Driving mishaps generate insurance claims, and at least one major insurer now considers driving records when setting homeowners insurance premiums. Allstate Insurance has begun using driving information to set premiums in Oklahoma and Kansas. The company plans to bring the policy to other states by 2014. Insurance companies already use lifestyle information and credit scores to underwrite homeowners policies. If Allstate's policy is financially successful, other companies will likely follow.
Rules of the Road
Each insurance company uses its own formula to evaluate risk, and most companies use demographic information, location, building materials and external factors to value dwellings and set premiums. Homeowners insurance underwriters consider whether people conduct business from their homes, lifestyle issues and whether repairing an existing structure costs more than its value. According to the Society of Actuaries, adjusters get information about your buying habits, fitness level, health, children and hobbies just by obtaining your Social Security number and ZIP code. Adding your driving record to the mix seems less intrusive when considering what companies can already determine about you.
Lifestyle issues and predictive guesswork are used by thousands of companies to adjust risk, cross-sell products, generate leads and target customers. Although most insurance companies don't use driving records to adjust premiums, many use the information to sell other insurance products and target customers for advertising campaigns. Insurance underwriting is the process of selecting risks and adjusting premiums so that insurance companies make profits by spreading risks among large groups of people. An underwriter's job involves gathering information to make educated guesses about risks, and insurance companies believe careful drivers pose fewer property risks than people with questionable driving records.
Home and Hearth Issues
Most homeowners insurance policies base premiums on age, pets, children, age of house, neighborhood crime rate, deductible and discounts. Firefighting resources in the area, hydrant placement, type of construction, weather and property value also help determine premiums. Consumer Reports finds that insurance companies increasingly use credit scores to set homeowners insurance policies. Credit-based premiums have been adopted by 85 percent of the insurance industry after the practice was introduced in the 1990s, and these scores predict behavior and the likelihood of insurance claims with great accuracy, the report said. If driving records provide the same predictive benefits, more insurance companies will use them to set rates.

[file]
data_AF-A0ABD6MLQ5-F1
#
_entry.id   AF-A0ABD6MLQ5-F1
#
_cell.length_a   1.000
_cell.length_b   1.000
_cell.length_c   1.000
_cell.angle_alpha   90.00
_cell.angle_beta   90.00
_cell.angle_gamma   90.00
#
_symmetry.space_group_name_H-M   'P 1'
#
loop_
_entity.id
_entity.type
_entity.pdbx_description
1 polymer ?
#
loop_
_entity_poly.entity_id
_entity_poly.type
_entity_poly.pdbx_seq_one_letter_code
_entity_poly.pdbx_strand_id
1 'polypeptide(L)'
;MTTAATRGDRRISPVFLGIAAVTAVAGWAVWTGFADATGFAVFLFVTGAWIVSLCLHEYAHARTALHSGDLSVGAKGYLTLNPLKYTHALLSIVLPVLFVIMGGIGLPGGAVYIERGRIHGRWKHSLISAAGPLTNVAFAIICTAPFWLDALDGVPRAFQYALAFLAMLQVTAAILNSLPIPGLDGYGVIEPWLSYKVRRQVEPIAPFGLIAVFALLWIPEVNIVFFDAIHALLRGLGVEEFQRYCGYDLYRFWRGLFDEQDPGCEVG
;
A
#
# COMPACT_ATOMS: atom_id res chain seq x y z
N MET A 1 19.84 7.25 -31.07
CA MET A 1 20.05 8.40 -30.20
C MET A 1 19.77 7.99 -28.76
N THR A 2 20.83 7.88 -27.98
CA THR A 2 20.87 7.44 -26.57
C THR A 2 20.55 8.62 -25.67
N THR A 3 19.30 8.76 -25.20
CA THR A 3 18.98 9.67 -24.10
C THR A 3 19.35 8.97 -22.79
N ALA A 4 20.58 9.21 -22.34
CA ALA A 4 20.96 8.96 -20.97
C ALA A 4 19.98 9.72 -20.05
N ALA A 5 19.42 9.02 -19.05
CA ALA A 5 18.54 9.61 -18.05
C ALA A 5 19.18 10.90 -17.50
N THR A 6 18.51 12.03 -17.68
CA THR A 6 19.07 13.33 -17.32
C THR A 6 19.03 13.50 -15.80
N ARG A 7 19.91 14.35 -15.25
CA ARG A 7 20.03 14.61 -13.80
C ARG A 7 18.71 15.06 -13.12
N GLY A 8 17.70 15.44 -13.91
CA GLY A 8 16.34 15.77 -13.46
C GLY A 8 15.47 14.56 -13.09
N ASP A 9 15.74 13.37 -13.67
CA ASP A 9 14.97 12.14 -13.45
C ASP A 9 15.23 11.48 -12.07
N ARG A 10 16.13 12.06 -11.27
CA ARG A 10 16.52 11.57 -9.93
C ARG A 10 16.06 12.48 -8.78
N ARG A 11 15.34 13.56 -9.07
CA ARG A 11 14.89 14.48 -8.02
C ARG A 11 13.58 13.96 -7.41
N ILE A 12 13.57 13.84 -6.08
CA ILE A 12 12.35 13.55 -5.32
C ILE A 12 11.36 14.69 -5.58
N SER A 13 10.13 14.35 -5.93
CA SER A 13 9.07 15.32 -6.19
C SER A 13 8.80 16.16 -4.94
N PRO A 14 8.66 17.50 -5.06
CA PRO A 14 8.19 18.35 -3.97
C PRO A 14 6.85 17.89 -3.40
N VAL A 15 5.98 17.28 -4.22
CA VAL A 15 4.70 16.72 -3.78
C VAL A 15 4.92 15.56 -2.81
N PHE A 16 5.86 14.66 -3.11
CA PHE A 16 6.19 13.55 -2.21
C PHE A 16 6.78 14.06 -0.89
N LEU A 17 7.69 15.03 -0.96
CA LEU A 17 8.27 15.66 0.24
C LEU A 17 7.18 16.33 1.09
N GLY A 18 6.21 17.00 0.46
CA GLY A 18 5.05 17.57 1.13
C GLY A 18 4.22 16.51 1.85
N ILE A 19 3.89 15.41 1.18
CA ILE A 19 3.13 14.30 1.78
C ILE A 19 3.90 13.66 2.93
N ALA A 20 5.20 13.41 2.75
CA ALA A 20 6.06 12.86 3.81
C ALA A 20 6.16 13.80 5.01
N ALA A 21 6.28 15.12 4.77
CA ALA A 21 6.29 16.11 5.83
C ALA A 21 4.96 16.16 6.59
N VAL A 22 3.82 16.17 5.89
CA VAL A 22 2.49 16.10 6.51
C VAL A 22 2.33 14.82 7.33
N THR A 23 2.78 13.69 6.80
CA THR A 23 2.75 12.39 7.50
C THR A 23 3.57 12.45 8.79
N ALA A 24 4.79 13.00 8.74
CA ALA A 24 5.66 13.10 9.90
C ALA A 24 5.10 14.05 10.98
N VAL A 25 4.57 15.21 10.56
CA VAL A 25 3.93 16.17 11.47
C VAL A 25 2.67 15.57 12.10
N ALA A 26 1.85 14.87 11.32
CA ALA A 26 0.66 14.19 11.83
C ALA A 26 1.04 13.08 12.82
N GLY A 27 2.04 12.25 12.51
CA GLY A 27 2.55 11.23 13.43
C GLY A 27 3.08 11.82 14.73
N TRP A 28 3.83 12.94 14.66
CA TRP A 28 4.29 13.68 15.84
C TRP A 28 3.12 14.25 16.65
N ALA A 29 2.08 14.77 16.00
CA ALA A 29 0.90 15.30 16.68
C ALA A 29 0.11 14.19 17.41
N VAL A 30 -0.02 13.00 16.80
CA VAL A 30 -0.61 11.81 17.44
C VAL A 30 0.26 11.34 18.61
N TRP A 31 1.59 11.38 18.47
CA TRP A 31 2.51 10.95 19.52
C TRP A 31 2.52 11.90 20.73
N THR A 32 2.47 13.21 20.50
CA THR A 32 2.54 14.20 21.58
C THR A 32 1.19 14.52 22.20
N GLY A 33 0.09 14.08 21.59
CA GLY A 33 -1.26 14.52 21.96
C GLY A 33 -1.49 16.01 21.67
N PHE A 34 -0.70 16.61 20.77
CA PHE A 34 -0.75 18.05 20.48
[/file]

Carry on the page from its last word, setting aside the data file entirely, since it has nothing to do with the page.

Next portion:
Consumers Strike Back
Many consumers remain unaware of how insurance companies invade personal privacy to underwrite policies. Consumer groups have protested the use of credit scores, and a similar movement will likely develop if using driving records becomes more universal in the industry. States don't allow insurance companies to increase rates based solely on credit scores, and some have banned the practice. Insurance companies have the right to limit their financial risk, but consumers can respond by refusing to do business with companies that become too intrusive. Base your decision to buy homeowners insurance on physical risk, premium rates, company reliability, available discounts and competitors' prices.
Video of the Day
- Chicago Tribune: Allstate Using Driving Records to Set Homeowners' Rates in Oklahoma
- IRMI:The Underwriting Submission -- Homeowners Insurance
- Society of Actuaries: Underwriting Trends -- Session 26 -- October 15, 2012
- Financial Web: Basics of Underwriting Insurance
- D&H Investment Trust: Insurance Underwriting
- Consumer Reports: Tighter Underwriting
- NAIC: Credit-Based Insurance Scores
- Siri Stafford/Digital Vision/Getty Images